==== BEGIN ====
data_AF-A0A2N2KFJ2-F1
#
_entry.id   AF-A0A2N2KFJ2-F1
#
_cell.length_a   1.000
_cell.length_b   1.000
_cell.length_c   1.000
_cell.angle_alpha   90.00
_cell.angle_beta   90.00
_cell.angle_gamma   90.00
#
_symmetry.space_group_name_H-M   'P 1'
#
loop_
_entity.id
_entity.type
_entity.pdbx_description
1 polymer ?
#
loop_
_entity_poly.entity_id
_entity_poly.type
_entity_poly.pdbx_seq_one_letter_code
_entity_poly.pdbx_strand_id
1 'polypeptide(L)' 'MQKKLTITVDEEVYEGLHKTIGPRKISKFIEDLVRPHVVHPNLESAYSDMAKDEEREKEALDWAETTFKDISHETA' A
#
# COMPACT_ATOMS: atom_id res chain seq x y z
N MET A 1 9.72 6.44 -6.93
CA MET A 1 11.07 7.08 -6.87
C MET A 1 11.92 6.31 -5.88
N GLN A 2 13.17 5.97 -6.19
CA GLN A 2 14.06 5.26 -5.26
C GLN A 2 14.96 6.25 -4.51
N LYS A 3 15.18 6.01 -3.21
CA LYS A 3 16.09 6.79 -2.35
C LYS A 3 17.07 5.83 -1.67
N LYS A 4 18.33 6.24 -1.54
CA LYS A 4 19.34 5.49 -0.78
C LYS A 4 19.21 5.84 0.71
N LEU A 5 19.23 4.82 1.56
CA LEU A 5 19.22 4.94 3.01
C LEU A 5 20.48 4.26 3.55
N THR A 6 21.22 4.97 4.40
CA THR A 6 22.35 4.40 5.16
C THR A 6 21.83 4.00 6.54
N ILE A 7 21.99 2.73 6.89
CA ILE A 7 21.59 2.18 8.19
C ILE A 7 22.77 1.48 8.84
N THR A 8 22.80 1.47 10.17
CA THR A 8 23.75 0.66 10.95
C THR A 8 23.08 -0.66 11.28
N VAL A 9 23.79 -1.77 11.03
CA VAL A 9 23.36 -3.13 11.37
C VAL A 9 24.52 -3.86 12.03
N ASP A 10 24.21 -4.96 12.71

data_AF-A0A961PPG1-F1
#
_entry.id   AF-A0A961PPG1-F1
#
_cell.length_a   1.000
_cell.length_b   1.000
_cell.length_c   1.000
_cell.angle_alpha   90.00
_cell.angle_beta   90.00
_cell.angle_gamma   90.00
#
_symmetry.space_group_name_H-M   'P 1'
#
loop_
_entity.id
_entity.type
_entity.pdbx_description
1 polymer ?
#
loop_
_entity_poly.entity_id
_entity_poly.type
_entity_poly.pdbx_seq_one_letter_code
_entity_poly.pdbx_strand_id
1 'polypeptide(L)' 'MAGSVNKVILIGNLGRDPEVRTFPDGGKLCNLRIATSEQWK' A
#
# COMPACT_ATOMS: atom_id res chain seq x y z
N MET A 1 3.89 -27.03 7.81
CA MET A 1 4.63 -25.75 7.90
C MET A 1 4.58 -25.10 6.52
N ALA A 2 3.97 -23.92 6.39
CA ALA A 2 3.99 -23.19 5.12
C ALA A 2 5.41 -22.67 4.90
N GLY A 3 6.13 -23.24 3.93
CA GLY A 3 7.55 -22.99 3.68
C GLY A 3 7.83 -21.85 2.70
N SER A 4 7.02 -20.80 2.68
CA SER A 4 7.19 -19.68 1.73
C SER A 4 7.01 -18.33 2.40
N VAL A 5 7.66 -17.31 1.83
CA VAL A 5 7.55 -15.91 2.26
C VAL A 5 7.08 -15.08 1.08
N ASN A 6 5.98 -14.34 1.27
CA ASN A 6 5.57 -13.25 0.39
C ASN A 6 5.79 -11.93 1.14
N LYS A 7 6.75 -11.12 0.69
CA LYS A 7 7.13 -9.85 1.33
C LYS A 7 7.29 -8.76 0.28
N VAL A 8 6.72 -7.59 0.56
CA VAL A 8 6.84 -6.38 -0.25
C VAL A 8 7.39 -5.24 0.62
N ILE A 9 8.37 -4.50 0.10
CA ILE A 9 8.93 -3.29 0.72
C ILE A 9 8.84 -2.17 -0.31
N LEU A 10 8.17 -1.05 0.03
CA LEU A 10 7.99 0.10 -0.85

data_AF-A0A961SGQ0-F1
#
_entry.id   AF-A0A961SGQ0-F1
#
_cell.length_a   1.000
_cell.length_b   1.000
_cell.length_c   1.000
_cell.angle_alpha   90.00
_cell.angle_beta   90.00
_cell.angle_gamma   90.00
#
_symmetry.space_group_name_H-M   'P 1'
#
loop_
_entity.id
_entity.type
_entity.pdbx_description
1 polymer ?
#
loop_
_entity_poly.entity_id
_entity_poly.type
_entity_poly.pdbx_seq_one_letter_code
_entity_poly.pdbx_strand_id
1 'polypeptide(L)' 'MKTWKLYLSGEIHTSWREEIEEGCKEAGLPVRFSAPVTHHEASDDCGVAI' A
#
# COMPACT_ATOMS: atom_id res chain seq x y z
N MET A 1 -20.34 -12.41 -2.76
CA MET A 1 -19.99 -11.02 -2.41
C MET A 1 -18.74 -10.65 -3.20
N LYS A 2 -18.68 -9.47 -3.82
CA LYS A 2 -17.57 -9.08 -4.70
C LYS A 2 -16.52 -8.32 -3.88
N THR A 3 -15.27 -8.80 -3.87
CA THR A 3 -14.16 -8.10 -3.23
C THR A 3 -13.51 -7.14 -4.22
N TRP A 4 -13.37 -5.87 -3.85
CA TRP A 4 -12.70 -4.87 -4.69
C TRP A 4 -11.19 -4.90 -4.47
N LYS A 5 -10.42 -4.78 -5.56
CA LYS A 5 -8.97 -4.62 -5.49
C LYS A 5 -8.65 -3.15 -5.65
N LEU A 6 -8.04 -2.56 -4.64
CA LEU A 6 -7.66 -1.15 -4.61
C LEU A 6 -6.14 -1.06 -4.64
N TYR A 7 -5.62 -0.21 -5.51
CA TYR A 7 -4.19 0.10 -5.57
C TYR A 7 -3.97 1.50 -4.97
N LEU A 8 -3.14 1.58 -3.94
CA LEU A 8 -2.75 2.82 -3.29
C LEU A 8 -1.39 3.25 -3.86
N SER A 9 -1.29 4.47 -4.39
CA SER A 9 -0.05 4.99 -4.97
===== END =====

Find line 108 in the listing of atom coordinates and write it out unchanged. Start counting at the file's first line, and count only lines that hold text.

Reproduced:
CA ILE A 9 8.93 -3.29 0.72